Wolfe's Pond Park

Hylan Blvd.

From the City of New York/Parks & Recreation Historical Signs Program: Wolfe’s Pond is unusual because it is a freshwater pond that is only yards from the saltwater of the ocean. It was probably once an inlet of the sea, which supported very diffe... more

From the City of New York/Parks & Recreation Historical Signs Program: Wolfe’s Pond is unusual because it is a freshwater pond that is only yards from the saltwater of the ocean. It was probably once an inlet of the sea, which supported very different life than it does today. But over time, the wind and waves pushed sand and clay into the mouth of that inlet, blocking the flow of saltwater into the pond. The outflow into Acme Pond, combined with years of rain and runoff, have transformed the pond from saltwater to freshwater. In the 19th century, this pond was crucial to the activities of the oystermen who harvested Raritan Bay. They would bring their shellfish to this pond to wash them—not only cleaning off debris, but also reducing their catch’s salt content and thereby improving flavor. To protect the freshwater pond from storm damage, the oystermen would periodically repair the natural barrier separating the pond from the sea. When Parks acquired the pond in 1929, a permanent dam was constructed to protect it from such erosion. In 1933, local residents complained that access to the beach and pond was blocked by bungalow dwellers, who were allegedly friends of the Par... more

From the City of New York/Parks & Recreation Historical Signs Program:

Wolfe’s Pond is unusual because it is a freshwater pond that is only yards from the saltwater of the ocean. It was probably once an inlet of the sea, which supported very different life than it does today. But over time, the wind and waves pushed sand and clay into the mouth of that inlet, blocking the flow of saltwater into the pond. The outflow into Acme Pond, combined with years of rain and runoff, have transformed the pond from saltwater to freshwater.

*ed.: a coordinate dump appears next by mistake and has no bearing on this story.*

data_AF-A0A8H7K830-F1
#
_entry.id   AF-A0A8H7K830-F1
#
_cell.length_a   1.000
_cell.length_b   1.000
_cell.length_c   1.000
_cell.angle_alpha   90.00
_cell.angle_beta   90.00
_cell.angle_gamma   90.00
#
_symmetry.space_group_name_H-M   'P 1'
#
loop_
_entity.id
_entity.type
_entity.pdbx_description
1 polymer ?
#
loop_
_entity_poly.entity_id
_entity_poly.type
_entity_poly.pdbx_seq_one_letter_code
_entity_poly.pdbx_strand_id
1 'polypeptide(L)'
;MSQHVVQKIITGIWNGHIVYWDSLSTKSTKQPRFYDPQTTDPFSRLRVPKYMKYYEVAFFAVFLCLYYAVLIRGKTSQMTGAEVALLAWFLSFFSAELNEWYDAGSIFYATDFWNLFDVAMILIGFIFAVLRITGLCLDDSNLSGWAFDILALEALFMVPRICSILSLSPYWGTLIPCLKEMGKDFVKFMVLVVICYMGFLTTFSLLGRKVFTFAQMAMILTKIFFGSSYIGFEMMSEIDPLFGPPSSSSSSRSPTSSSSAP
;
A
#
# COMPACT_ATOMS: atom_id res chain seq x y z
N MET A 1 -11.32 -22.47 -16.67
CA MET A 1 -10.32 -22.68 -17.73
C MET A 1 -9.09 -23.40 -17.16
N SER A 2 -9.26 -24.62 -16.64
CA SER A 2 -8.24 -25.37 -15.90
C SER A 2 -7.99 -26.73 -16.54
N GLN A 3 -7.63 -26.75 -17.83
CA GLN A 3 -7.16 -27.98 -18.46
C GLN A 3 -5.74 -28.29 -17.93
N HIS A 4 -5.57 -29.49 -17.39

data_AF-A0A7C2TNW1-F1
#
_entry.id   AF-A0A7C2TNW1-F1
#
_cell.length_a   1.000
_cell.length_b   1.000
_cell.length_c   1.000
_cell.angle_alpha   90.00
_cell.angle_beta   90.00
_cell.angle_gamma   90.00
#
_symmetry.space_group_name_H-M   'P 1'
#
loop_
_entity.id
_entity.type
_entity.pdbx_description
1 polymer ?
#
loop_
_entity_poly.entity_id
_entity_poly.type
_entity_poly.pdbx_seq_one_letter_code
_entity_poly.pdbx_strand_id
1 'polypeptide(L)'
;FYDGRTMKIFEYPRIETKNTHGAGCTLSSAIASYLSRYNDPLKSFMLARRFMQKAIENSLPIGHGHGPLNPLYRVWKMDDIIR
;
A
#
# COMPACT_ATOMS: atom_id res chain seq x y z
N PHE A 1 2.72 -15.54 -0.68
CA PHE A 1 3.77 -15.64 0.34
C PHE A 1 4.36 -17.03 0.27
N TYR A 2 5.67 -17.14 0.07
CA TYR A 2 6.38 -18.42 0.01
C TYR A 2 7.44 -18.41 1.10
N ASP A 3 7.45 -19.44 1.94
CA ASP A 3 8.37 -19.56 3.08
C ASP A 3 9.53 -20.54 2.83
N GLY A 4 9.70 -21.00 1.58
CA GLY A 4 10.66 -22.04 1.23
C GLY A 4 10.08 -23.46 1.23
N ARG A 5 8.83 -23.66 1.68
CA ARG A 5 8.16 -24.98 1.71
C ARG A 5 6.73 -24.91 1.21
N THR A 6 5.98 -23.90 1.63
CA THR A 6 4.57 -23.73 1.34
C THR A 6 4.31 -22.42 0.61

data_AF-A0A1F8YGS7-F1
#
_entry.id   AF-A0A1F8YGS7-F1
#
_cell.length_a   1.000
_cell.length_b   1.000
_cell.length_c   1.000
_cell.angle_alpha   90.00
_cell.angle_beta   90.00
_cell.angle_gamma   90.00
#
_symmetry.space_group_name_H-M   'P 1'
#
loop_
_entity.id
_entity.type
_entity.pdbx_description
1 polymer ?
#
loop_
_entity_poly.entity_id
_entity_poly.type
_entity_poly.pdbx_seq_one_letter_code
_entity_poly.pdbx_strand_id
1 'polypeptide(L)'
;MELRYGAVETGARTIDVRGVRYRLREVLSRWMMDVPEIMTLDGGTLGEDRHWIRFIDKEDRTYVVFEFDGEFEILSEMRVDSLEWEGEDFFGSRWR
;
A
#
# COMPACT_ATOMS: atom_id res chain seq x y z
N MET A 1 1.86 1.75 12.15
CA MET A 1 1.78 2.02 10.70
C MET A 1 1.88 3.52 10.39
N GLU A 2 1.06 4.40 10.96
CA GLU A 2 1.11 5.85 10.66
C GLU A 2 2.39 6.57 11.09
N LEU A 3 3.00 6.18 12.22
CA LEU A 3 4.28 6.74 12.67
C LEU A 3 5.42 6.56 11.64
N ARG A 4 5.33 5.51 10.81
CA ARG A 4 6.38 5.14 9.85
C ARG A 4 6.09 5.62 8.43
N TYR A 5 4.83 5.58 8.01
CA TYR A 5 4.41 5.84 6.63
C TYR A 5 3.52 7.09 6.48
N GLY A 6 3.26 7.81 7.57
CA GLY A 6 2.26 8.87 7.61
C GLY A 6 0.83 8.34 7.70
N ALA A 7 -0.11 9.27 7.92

In the 19th century, this pond was crucial to the activities of the oystermen who harvested Raritan Bay. They would bring their shellfish to this pond to wash them—not only cleaning off debris, but also reducing their catch’s salt content and thereby improving flavor. To protect the freshwater pond from storm damage, the oystermen would periodically repair the natural barrier separating the pond from the sea. When Parks acquired the pond in 1929, a permanent dam was constructed to protect it from such erosion.

In 1933, local residents complained that access to the beach and pond was blocked by bungalow dwellers, who were allegedly friends of the Parks Commissioner. Indeed, there were more than 90 summer homes set up around the pond. After a court battle, the buildings were razed and the park opened to all. London plane trees (Platanus x acerifolia), pin (Quercus palustris) and willow (Quercus phellos) oaks, and honey locusts (Gleditsia triacanthos) were planted. A boathouse, bathhouse, stairs to the beach, parking lot, playground, and picnic area were also constructed for public enjoyment.

The vegetation of the pond is very diverse, including sweet pepperbush (Clethra alnifolia), highbush blueberry (Vaccinium corymbosum), serviceberry (Amelanchier), and wine raspberry (Rubus phoenicolasius). These plants provide ample food for many birds, such as yellowthroats (Geothlypis trichas), redstarts (Setophaga ruticilla), and other warblers (Parulidae). In the pond, wood ducks (Aix sponsa) and mallards (Anas platyrhyncos) feed on aquatic plants, such as arrow arum (Peltandra virginica), swamp rose mallow (Hibiscus moscheutos), and buttonbush (Cephalanthus occidentalis). Red winged blackbirds (Agelaius phoeniceus), black-crowned night herons (Nycticorax nycticorax), and great blue herons (Ardea herodias) hunt for fish and frogs along the pond’s edge. The belted kingfisher (Ceryle alcyon) can easily be spotted diving from a branch overhanging the pond to catch its pray below.

During the winter of 1992, storms destroyed the dam that separated Wolfe’s Pond from the sea. Mayor Giuliani and Borough President Guy V. Molinari funded the $1,200,000 construction of a new pond embankment and beach protection. This included the installation of a planted berm and a new weir. The unique Wolfe’s Pond will remain a distinct freshwater pond, near the ocean, for years to come.


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Hylan Blvd.
Staten Island, NY 10301
(718) 984-8266

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